Author Topic: Comic Books / Graphic Novels  (Read 8284 times)

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ᾦɐļᵲʊʂ

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Re: Comic Books / Graphic Novels
« Reply #15 on: March 17, 2006, 06:50:14 PM »
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Run while you still can.
"As a matter of fact I only work with the feeling of something magical, something seemingly significant. And to keep it magical I don't want to know the story involved, I just want the hypnotic effect of it somehow seeming significant without knowing why." - Len Lye

MacGuffin

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Re: Comic Books / Graphic Novels
« Reply #16 on: March 17, 2006, 07:06:17 PM »
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are you a real girl?  'cause if you are but you hang out on xixax and you read comics, then you might be the one for MOST OF US.

To hell with the comics, she had me at:

I love Star Wars. It's a passion.
“Don't think about making art, just get it done. Let everyone else decide if it's good or bad, whether they love it or hate it. While they are deciding, make even more art.” - Andy Warhol


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sheshothim

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Re: Comic Books / Graphic Novels
« Reply #17 on: March 17, 2006, 07:21:42 PM »
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Oh Star Wars! Don't even get me started.

Right after I marry John Williams I'm going to move to a different country and marry Harrison Ford so John doesn't find out. Sorry fellas.
"Hokey religions and ancient weapons are no match for a good blaster at your side, kid."

Pubrick

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Re: Comic Books / Graphic Novels
« Reply #18 on: March 18, 2006, 05:35:13 AM »
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i think i saw an episode of MTV's 'Real Life' with you and your pals on it. you talked a bit much, congrats on the win tho.
under the paving stones.

sheshothim

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Re: Comic Books / Graphic Novels
« Reply #19 on: March 18, 2006, 01:05:21 PM »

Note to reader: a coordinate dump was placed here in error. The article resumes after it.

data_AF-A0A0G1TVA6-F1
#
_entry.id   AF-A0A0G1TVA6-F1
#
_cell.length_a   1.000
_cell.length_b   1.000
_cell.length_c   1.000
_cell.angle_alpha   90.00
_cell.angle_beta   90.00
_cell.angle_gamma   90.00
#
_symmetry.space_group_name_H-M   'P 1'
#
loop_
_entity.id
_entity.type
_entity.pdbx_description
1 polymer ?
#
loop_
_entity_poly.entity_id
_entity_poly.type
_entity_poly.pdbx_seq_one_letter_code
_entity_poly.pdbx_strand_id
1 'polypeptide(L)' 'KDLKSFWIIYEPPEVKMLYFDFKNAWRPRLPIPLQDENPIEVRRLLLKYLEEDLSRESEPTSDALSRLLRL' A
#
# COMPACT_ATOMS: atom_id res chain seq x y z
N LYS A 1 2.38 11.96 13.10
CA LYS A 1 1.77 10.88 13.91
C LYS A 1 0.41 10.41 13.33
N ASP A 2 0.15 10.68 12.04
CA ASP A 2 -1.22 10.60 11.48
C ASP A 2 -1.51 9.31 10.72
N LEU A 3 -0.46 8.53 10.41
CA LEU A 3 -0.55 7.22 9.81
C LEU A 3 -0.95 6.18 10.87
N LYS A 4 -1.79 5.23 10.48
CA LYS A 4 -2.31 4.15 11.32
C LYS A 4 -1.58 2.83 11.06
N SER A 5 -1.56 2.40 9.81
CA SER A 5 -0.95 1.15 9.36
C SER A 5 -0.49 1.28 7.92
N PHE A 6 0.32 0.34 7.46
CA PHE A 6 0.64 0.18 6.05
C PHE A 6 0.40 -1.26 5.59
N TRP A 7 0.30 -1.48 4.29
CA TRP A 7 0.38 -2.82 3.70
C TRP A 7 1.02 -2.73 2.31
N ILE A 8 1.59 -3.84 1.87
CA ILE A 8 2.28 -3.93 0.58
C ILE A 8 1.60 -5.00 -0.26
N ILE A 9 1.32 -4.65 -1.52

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i think i saw an episode of MTV's 'Real Life' with you and your pals on it. you talked a bit much, congrats on the win tho.

I'm going to have to look that up or something because I have no clue what it means........haha! I am sloooowwww....
"Hokey religions and ancient weapons are no match for a good blaster at your side, kid."

polkablues

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Re: Comic Books / Graphic Novels
« Reply #20 on: March 19, 2006, 05:24:27 PM »
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Maus I/II by Art Spiegelman?

 :yabbse-thumbup: :yabbse-thumbup: :yabbse-thumbup:

Has anyone read In the Shadow of No Towers?

 :yabbse-thumbdown: :yabbse-thumbdown: :yabbse-thumbdown:
Now you're in the *spoiler* place.

ᾦɐļᵲʊʂ

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Re: Comic Books / Graphic Novels
« Reply #21 on: March 19, 2006, 05:26:10 PM »
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I enjoyed Maus a great deal.
"As a matter of fact I only work with the feeling of something magical, something seemingly significant. And to keep it magical I don't want to know the story involved, I just want the hypnotic effect of it somehow seeming significant without knowing why." - Len Lye

I Don't Believe in Beatles

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Re: Comic Books / Graphic Novels
« Reply #22 on: March 19, 2006, 10:40:47 PM »
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Spurred on by this thread, I bought a couple of graphic novels.  I got:

Understanding Comics: The Invisible Art, by Scott McCloud

and

The Sandman: Endless Nights, by Neil Gaiman.